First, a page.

A/B testing is one of the best ways of improving the conversion rate of a website (when done correctly) but often times the number of successful A/B tests is low. It’s not that you’re expecting a winner every time but you should really be creating a winner at least 25% of the time.
So how do you improve the effectiveness of every A/B test you run? By running tests that have the greatest possible impact on the conversion rate.
With that in mind, here are 10 ways to improve the effectiveness of every A/B test you run…
1. Check Google Analytics for Top Conversion Paths
How are prospects navigating through your site? What pages are they visiting to get enough information before converting? Visit each of these pages and put yourself into the shoes of your prospect to see what information they need before they’re ready to convert.
2. See how users interact with your site
For this, I use Crazy Egg since it not only tracks where your visitors are clicking on your web pages, but also how far down the page they’re scrolling. Find out where people are clicking the most and you’ll see what they find most important. And if you find they’re clicking where there isn’t a link then make sure to adjust your web page to give them what they want.
3. See how visitors are browsing your site
While I make use of Crazy Egg to track where prospects are clicking, I use Inspectlet to track the mouse as it moves around my clients’ site. It’s different to see how your prospects are moving around your site – how they’re scrolling, which parts they’re skipping, which parts they’re delving into, and how they jump around. With Inspectlet you’ll get some great insights into what your prospects really find important.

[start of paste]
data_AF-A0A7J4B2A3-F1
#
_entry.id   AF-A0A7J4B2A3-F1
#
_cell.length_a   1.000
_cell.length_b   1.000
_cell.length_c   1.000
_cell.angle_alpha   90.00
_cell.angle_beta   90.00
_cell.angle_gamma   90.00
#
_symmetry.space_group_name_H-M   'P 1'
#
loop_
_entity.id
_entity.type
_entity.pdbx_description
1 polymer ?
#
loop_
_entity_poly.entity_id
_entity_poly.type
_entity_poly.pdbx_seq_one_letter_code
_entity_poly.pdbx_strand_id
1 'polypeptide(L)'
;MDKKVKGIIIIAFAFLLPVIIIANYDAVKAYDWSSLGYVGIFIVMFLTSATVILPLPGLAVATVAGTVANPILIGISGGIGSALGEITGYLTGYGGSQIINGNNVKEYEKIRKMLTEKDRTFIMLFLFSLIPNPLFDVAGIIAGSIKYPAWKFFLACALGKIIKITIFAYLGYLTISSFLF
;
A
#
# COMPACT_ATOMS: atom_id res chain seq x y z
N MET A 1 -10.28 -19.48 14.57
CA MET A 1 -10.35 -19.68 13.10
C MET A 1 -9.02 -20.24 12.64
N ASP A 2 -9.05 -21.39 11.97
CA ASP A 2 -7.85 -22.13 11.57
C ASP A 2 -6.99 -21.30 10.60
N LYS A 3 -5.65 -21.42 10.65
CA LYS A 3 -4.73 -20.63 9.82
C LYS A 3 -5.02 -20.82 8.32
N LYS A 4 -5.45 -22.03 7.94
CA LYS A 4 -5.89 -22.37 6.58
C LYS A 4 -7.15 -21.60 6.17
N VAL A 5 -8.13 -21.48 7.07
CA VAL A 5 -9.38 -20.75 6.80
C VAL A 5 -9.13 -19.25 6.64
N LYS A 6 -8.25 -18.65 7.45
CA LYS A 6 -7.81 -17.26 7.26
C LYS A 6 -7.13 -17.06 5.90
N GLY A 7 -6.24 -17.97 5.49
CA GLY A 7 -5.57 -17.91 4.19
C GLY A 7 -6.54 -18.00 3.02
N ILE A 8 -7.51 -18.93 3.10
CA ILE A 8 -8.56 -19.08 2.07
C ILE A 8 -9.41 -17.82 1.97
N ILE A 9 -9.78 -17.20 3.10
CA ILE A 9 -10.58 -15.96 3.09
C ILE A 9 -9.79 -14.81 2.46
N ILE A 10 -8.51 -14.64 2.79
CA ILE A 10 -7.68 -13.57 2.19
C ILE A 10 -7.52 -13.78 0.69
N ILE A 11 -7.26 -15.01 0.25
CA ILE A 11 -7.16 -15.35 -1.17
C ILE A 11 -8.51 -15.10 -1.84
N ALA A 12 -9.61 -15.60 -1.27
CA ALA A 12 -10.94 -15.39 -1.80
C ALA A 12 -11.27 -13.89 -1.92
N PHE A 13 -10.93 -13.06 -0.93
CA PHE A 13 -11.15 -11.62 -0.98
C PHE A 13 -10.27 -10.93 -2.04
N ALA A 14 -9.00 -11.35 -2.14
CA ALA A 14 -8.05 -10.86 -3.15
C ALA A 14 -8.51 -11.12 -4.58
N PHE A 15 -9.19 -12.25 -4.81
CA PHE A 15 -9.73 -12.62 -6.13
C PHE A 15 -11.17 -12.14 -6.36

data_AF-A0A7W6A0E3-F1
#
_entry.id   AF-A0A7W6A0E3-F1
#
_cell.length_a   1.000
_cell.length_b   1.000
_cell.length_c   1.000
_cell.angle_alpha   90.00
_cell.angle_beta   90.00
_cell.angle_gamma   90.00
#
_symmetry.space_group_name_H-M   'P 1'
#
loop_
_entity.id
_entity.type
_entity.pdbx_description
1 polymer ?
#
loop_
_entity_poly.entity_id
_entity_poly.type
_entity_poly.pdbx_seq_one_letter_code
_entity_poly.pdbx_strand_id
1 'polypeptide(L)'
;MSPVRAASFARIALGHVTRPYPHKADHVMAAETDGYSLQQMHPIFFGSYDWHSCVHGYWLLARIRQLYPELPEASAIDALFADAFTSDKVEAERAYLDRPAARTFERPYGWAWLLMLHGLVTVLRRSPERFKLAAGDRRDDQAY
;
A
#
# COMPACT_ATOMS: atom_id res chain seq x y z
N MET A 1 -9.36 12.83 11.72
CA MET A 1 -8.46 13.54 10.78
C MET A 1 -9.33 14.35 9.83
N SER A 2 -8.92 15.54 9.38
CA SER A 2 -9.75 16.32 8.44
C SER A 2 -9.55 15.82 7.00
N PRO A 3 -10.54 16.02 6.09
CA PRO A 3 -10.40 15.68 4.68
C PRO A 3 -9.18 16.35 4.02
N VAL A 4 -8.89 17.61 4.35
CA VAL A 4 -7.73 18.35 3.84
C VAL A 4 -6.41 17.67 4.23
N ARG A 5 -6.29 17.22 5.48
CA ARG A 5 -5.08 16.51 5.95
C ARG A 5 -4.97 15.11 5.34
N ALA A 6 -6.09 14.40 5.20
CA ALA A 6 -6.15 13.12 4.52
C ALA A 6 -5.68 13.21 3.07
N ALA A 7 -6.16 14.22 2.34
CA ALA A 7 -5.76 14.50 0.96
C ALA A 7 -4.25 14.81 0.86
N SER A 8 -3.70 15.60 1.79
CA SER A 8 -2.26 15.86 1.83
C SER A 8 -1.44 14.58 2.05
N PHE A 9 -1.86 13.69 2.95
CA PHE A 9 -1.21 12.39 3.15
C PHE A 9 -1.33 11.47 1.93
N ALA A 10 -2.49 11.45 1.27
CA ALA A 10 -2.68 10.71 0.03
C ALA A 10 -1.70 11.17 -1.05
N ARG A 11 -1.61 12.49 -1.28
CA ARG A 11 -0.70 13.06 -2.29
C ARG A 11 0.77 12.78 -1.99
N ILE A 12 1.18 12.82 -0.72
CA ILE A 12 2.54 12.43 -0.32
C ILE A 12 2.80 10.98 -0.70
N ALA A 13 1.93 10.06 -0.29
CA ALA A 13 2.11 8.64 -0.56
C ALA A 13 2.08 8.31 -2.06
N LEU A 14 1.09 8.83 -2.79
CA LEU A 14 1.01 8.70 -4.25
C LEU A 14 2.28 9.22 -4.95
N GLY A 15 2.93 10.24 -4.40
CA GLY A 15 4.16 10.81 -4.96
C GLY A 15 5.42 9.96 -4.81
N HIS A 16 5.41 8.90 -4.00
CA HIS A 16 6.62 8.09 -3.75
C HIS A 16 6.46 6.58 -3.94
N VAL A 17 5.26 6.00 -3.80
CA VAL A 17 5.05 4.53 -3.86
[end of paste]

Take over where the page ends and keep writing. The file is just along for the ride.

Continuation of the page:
4. Run unobtrusive surveys to find out what your site is missing
Sometimes just asking the right questions at the right time can give you insight into what information is missing from your site. Qualaroo is a tool you can use to run unobtrusive surveys to prospects while they’re browsing your site. You’ll need to experiment with how you ask questions (e.g. open ended vs multiple choice) to get the best response. Just keep in mind that nobody has time to answer questions, so making it easy to answer is everything.
5. Create target market personas
Understanding the likes, dislikes, fears and aspirations of each target market segment will allow you to customize your message to hit their hot buttons. This is an often overlooked step but it’s one that will achieve the biggest boost in your conversion rate. The alternative (which occurs most of the time) is that you craft your message to your product or service, rather than to your prospect’s hot buttons.
6. Check your competitors and counter their offer
Visit each of your competitors’ websites and ad campaigns and find out what they’re saying, and how they’re positioning themselves, and then craft your message to counter their argument. Always remember that your prospects are looking at all of your competitors’ sites at the same time as yours, which means you really want to offer a good reason for them to take action with you.